New car sales in October 2008 suffered their biggest monthly year-on-year fall for more than 17 years.

And motor industry leaders predicted that annual sales in 2009 would dip below the two million mark for the first time since 1995. The number of new UK registrations in October 2008 totalled 128,352 - a 23.05% drop on the October 2007 figure, the Society of Motor Manufacturers and Traders (SMMT) announced.

The October decline was the worst year-on-year monthly drop since June 1991 when sales crashed 31.2% compared with June 1990.

Last month's figure followed hefty falls in purchases in August and September this year, showing just how hard the credit crunch is biting.

The year-to-date sales for 2008 now total 1.92 million - an 8.7% drop on the January-October 2007 figure.

The SMMT has now revised its whole-year sales forecast for 2008 down to 2.15 million vehicles - nearly 11% down on 2007.
The prediction for 2009 is even gloomier, with the SMMT reckoning that sales next year could fall to 1.92 million.

A recently as 2003, that annual total was as high as 2.58 million. Annual sales' figures dipped as low as 1.5 million during the recession of the early 1990s, with 1995 (1.94 million) the last time the two million figure was not reached.

SMMT chief executive Paul Everitt said today: "October has proved another difficult month for the UK motor industry and action is needed to help restore consumer confidence and encourage buyers back to the showrooms.

"Cuts in interest rates that are swiftly passed on to consumers, scrapping planned increases in vehicle excise duty (car tax) and maintaining public expenditure on new vehicles are essential parts of the package required by industry.

"There is also a clear role for European action to support continued investment in new, lower carbon vehicle technologies."
Paul Kenny, general secretary of the GMB union, said: "These figures demonstrate that the recession is well and truly with us and is now taking hold.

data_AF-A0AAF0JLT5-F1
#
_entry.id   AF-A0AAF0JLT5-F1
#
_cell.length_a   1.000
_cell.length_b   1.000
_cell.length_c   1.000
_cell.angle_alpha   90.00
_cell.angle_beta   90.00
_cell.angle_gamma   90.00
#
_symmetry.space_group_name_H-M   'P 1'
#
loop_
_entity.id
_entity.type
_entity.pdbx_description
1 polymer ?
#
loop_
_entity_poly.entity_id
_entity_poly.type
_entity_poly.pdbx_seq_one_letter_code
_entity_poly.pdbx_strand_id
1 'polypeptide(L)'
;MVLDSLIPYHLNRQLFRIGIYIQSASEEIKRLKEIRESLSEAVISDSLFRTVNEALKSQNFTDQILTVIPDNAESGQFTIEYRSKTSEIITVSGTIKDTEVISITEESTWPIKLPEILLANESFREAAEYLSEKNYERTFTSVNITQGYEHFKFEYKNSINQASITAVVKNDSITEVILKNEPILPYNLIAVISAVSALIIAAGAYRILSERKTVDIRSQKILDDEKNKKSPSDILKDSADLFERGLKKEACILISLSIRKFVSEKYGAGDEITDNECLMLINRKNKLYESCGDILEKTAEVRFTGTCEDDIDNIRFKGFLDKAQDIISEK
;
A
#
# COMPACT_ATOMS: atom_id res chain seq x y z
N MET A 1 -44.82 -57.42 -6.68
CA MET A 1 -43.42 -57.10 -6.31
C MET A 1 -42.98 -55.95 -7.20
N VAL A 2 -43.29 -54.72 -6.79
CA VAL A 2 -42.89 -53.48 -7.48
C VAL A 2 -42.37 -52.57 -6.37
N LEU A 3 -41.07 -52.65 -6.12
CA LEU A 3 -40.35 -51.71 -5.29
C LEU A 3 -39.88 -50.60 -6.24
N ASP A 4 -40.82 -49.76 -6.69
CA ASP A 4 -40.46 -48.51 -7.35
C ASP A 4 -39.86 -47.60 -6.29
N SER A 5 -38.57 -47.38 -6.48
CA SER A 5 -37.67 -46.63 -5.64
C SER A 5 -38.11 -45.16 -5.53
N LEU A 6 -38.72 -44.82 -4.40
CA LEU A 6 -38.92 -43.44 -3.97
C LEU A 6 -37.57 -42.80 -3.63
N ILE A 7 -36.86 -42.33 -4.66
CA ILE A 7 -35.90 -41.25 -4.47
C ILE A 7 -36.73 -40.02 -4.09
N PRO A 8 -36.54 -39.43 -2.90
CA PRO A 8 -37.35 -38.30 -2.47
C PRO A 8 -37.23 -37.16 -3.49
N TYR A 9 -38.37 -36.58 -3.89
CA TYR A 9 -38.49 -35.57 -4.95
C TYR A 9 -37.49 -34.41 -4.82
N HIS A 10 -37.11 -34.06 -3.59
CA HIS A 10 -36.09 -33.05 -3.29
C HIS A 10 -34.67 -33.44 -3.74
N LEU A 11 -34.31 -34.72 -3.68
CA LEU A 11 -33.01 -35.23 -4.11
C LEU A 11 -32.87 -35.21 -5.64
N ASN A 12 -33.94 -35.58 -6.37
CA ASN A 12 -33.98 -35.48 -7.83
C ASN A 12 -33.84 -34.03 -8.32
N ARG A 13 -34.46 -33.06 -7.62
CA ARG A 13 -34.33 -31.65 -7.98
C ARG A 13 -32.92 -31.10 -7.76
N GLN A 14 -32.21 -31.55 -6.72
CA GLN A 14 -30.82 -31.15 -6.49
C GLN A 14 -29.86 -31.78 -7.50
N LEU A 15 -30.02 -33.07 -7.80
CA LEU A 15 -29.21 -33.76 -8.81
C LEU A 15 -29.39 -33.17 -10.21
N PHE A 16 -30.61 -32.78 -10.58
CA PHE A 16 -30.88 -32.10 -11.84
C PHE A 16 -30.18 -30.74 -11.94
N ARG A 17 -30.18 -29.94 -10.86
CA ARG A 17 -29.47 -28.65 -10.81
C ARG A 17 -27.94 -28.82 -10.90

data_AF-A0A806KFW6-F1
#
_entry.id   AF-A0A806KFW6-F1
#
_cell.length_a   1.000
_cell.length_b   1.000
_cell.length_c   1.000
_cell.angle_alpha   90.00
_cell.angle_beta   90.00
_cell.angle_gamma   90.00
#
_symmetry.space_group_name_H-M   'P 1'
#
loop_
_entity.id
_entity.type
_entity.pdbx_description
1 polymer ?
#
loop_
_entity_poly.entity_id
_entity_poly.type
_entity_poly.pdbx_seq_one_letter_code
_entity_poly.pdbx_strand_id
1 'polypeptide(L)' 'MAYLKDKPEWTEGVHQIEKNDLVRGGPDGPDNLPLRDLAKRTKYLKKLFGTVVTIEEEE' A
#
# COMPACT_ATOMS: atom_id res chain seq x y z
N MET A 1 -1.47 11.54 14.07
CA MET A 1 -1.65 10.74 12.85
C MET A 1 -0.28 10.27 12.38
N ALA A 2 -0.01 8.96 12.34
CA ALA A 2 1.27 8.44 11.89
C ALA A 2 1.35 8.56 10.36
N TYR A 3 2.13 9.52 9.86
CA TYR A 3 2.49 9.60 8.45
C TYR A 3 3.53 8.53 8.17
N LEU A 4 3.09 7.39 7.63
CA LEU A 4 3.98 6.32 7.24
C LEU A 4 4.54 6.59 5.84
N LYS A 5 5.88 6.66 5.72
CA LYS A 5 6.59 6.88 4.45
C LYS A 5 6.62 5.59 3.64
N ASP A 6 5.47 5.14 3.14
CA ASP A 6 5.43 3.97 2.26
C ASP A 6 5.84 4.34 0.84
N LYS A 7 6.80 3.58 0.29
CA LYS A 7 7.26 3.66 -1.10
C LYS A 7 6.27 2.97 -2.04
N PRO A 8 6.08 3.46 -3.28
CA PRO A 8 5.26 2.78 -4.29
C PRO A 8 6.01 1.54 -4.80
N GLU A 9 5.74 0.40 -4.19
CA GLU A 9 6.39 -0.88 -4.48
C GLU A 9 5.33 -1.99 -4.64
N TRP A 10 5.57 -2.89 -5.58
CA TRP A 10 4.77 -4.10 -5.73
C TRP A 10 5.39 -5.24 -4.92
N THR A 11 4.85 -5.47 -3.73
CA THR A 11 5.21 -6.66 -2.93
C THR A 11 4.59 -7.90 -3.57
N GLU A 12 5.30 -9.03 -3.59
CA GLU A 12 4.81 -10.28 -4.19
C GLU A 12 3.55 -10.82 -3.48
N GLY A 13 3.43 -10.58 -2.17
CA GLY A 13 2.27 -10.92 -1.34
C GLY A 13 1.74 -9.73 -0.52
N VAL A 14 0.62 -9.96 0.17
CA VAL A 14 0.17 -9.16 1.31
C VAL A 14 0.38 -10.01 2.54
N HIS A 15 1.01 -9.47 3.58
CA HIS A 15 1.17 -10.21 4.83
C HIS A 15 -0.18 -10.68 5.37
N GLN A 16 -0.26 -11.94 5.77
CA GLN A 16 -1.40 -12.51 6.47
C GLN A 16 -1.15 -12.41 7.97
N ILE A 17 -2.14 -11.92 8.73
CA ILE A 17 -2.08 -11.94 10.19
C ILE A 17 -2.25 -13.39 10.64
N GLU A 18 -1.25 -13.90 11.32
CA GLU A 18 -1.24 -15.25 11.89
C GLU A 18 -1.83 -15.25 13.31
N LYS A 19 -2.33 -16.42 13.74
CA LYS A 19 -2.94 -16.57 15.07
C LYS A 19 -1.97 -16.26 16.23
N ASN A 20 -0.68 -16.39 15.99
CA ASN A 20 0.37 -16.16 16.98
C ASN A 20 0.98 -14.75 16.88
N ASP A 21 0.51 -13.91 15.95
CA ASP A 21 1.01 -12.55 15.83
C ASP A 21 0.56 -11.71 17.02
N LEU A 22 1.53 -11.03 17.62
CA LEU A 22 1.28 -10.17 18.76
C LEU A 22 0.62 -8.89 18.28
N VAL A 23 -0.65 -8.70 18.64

"The Government needs to take measures to stop things getting worse, such as bringing forward public sector projects as quickly as possible."

The only hopeful signs last month were that diesel sales reached a record 45.6% of the market and the mini segment was the only class of car to show any growth.

Sales of private cars dipped nearly 29% last month, with business sales going down 43.6% and fleet sales decreasing by 16.3%.

Vauxhall knocked Ford off the best-selling car of the month spot, taking top spot with its Corsa model, although the Ford Focus is the best-selling car for the period January-October 2008.

Luxury car companies were among the worst-hit for sales last month. No Daimlers were registered at all in October 2008 compared with five in the same month last year, while Cadillac purchases slumped from 104 in October 2007 to just eight last month.

Despite publicity connected to the new James Bond film, Aston Martin sales dipped from 164 in October last year to 110 last month, while only 87 Bentleys were sold last month compared with 166 in October 2007. Alfa Romeo sales slipped from 631 in October last year to 360 last month while 38 Lotus cars were registered last month compared with 58 in October 2007.

Other dips in sales included Land Rover (down nearly 58%), Renault (down nearly 54%) and Mitsubishi (down more than 47%).
But some companies did manage to buck the downward trend. Jaguar sold 1,404 cars last month - a 22.41% rise on the 1,147 figure for October 2008.

A total of 2,340 Volvo vehicles were registered in October 2008 - up 23.5% on the 1,897 figure for the same month last year, while Dodge sales in October 2008 rose 10% to 264.

The sales slump has promoted a number of UK-based car companies to cut back on production to match the decrease in demand.

Today, German car giant BMW announced that production of the Mini was to be cut, with workers at plants at Oxford and Swindon being told the two-week Christmas shutdown is to be extended to four weeks this year as a result of the credit crunch.
The news is the latest blow to the industry following an announcement earlier this week by Jaguar Land Rover that a voluntary redundancy scheme is to be extended to hundreds of workers.

Roger Maddison, national officer at the Unite union, said: "We understand the very difficult economic conditions car manufacturers are facing.

"We have robust agreements in place to protect our members as much as possible during these difficult times. However, we remain vigilant and we are keeping a close eye on developments in the car industry."

> Land Rover sales plummet

These were the top 10 sellers in October 2008:
1. Vauxhall Corsa
2. Ford Fiesta
3. Vauxhall Astra
4. Ford Focus
5. Volkswagen Golf
6. Ford Mondeo
7. BMW 3 Series
8. Vauxhall Zafira
9. Peugeot 207
10. BMW 1 Series.